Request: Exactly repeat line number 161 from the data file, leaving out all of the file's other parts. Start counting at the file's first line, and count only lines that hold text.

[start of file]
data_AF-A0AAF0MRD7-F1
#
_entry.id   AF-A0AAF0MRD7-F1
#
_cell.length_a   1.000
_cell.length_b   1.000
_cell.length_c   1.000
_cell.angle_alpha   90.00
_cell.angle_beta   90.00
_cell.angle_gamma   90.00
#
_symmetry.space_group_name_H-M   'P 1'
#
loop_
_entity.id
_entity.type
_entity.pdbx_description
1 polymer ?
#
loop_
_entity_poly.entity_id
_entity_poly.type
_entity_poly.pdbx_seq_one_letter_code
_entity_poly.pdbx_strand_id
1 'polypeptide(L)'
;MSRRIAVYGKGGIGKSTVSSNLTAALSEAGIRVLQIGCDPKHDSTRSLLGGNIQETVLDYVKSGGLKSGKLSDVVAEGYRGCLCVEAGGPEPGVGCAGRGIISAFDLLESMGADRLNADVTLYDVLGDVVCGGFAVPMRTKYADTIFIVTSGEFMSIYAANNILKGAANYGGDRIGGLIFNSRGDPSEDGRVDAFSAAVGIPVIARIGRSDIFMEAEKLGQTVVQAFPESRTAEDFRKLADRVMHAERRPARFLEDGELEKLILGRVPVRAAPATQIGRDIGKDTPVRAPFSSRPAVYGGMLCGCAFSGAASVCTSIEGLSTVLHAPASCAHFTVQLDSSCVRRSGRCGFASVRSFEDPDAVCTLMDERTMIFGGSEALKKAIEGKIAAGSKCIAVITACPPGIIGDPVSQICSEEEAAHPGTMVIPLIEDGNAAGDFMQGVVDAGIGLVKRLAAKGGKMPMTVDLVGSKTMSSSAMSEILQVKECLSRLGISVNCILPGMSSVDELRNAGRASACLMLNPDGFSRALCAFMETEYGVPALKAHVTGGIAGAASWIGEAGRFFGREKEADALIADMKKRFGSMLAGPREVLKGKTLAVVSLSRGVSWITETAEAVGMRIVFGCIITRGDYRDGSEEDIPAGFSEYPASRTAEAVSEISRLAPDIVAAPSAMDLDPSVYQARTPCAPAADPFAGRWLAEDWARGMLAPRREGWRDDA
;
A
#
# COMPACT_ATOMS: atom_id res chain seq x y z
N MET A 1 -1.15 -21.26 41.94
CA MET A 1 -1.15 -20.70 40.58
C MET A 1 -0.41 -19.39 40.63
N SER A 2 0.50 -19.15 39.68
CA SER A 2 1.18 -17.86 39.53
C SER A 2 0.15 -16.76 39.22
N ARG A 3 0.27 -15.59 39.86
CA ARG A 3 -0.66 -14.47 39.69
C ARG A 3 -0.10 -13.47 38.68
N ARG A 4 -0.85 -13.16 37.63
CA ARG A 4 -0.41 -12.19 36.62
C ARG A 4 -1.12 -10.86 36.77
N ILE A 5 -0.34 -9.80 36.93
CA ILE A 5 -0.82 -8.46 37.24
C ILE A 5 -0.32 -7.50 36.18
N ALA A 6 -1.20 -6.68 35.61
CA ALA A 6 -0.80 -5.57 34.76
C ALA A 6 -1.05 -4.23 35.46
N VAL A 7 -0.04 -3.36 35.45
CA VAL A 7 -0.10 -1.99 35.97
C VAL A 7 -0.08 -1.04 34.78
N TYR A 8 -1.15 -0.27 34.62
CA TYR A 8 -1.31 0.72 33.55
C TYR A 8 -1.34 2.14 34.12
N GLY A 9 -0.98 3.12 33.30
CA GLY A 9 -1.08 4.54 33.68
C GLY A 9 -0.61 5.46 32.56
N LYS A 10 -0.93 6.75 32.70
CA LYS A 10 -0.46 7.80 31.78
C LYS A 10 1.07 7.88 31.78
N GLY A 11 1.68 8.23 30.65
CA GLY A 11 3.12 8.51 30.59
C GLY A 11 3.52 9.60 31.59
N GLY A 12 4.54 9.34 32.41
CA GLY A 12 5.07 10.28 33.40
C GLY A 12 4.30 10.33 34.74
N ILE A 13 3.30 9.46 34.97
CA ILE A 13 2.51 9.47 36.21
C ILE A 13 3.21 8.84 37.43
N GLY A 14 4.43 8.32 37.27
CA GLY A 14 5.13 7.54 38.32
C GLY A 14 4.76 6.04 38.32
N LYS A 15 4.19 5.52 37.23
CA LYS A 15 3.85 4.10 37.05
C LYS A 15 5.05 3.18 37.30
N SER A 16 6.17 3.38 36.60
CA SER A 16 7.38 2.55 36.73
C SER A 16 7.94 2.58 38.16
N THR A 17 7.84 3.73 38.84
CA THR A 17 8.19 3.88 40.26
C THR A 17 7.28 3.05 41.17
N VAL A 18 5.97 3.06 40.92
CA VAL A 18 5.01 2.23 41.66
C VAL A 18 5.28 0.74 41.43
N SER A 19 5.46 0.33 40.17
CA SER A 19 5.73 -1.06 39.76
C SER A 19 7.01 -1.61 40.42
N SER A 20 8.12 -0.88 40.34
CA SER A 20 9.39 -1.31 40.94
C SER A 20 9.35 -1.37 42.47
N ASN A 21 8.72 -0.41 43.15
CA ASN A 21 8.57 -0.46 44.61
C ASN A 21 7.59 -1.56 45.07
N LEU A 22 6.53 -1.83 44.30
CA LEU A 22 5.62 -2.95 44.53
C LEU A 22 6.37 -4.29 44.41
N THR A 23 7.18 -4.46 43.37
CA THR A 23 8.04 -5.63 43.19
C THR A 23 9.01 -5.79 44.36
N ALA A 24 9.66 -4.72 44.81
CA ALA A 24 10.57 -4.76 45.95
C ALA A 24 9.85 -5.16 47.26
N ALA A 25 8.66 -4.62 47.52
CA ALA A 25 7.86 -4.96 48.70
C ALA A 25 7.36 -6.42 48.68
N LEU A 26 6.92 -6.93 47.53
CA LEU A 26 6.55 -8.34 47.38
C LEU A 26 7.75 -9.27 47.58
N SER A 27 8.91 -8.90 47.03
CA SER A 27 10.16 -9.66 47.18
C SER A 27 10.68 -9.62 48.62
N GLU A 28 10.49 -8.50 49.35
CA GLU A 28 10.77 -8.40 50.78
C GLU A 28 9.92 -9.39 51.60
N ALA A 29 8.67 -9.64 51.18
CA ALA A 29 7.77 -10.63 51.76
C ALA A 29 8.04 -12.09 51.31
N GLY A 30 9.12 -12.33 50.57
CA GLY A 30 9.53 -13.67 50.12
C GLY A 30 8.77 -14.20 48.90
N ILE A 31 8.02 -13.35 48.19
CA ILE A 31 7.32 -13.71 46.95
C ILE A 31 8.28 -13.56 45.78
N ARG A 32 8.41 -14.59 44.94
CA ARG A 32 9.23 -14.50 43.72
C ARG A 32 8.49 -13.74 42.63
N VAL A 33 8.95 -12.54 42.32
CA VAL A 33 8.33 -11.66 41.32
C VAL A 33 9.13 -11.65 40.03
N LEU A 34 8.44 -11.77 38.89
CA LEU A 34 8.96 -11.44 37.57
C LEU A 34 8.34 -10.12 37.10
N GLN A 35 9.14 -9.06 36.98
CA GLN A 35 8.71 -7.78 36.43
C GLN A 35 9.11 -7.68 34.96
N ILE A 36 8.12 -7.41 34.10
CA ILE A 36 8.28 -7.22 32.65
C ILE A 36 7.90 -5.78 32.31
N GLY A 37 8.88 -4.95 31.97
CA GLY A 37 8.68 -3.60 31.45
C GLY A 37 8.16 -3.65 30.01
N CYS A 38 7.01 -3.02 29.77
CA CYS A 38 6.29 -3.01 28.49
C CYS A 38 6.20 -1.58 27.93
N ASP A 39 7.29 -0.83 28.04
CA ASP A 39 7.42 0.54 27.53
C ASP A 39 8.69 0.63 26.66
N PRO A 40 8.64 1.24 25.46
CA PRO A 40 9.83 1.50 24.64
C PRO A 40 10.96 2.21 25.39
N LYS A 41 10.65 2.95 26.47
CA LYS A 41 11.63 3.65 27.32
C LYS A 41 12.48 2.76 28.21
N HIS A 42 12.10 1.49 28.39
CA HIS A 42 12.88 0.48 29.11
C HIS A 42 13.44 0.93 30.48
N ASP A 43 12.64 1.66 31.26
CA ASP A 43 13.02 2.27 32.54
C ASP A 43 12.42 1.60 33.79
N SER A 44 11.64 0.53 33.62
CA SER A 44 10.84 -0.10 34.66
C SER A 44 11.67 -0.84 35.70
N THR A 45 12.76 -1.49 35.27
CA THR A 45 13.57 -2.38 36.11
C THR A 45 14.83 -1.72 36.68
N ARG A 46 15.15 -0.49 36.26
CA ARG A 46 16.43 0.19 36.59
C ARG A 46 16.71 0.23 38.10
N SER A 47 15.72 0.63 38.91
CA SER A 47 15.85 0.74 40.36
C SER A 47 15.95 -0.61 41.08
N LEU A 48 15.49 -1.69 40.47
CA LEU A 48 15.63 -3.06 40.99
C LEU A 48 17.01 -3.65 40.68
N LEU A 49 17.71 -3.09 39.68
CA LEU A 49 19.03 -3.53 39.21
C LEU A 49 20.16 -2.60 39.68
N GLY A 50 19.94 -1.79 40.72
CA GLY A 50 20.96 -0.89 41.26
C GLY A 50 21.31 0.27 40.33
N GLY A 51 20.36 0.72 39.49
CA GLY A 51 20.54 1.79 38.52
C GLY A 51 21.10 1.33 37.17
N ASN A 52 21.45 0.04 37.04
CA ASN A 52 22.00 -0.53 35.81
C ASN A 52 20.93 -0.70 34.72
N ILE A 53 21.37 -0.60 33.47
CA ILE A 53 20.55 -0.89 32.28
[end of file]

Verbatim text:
CA SER A 44 10.84 -0.10 34.66